25 governors press Biden admin to end public health emergency - MedCity News

About three years after the Covid-19 pandemic, 25 governors wrote a a letter Monday, who called on President Joe Biden to end the public health emergency.

The public health emergency expires on January 11. But the Biden administration said it would give 60 days notice before deciding to end the emergency. Since no warning was issued in November, it is likely to be extended until April.

The letter asks Biden to allow the public health emergency to expire in April and provide states with advance notice of the decision so they can prepare. Governors who signed the letter include Chris Sununu of New Hampshire, Ron DeSantis of Florida and Greg Abbott of Texas.

“Although the virus will be with us for some time, the emergency phase of the pandemic is behind us,” the governors said. “We’ve come so far since the start of the pandemic – we now have the tools and information we need to protect our communities from Covid-19.”

In 2020, the Families First Coronavirus Response Act was passed due to the pandemic. It barred states from excluding people from Medicaid during the public health emergency and gave states a temporary increase in federal Medicaid matching rates. States have added 20 million people to Medicaid since the pandemic began, according to the letter. That’s hurting states, governors say.

“The [public health emergency] adversely affects states, primarily by artificially increasing our Medicaid covered population (both traditional and expanded populations), regardless of whether people remain eligible for the program,” the letter states. “While the enhanced federal match provides some assistance in reducing rising costs due to higher enrollment in our Medicaid programs, states are required to increase our non-federal match to adequately cover all enrollees and cannot exclude members from the program. unless they do so voluntarily.”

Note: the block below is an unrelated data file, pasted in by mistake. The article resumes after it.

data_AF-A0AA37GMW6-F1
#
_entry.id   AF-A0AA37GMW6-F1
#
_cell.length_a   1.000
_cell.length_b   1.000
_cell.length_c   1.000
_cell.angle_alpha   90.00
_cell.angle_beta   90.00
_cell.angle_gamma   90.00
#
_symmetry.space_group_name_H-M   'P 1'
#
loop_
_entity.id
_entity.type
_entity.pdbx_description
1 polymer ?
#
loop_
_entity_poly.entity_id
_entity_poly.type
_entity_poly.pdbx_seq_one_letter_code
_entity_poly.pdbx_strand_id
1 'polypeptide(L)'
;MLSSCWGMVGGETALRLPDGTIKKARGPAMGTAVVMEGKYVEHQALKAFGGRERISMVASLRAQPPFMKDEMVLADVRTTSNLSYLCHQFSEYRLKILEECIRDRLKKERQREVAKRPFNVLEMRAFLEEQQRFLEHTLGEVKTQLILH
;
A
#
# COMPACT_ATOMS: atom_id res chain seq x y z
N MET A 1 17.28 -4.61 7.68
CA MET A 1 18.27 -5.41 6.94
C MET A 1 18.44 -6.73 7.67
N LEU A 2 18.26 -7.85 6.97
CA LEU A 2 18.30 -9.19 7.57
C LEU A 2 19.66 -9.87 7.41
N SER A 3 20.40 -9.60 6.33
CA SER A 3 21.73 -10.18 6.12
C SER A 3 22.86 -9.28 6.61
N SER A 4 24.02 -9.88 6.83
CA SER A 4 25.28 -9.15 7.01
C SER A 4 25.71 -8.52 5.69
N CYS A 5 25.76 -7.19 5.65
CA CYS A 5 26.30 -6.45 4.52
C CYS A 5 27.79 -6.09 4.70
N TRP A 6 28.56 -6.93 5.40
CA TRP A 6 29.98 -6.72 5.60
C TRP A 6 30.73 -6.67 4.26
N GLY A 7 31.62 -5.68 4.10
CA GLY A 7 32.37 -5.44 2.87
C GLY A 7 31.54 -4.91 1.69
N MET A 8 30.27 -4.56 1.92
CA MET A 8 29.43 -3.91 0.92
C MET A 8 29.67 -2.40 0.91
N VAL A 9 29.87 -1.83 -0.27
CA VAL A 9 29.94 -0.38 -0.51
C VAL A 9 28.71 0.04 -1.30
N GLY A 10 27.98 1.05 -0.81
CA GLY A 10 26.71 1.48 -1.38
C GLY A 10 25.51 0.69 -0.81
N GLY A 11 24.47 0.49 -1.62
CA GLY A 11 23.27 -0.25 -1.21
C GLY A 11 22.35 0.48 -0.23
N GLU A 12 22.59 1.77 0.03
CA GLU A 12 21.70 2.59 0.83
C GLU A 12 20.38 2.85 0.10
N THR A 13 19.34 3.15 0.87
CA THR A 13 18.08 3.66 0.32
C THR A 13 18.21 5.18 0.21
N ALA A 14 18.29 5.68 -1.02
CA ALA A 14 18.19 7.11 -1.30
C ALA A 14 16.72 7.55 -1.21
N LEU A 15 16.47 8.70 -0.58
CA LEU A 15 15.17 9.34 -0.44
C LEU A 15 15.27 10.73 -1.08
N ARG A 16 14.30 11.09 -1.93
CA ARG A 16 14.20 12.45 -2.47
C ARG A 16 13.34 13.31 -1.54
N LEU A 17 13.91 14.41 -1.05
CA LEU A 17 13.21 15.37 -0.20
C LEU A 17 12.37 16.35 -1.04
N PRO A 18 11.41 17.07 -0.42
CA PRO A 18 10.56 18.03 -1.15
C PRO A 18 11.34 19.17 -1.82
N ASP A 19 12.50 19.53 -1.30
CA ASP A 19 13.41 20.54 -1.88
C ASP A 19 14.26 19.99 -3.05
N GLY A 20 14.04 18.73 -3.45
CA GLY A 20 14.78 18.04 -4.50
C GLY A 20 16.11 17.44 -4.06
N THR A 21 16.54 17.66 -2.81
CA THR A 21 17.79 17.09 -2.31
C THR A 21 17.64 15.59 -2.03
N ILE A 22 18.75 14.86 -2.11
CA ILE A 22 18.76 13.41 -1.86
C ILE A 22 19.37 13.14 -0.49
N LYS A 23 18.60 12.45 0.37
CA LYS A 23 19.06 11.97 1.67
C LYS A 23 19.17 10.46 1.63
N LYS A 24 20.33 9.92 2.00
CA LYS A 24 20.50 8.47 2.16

The governors added that a “significant number” of people have returned to employer-sponsored coverage or are getting insurance through the individual market.

“Yet states must still account for and pay for their Medicaid enrollment in our non-federal share. It’s costing states hundreds of millions of dollars,” the governors said.

About 18 million people may lose Medicaid coverage after the public health emergency expires, including 3.8 million who will become completely uninsured, a recent Urban Institute report projected.

The American Hospital Association pushed for the latest extension of the public health emergency, saying in July a letter that hospitals will be greatly affected.

Credit: Geber86, Getty Images

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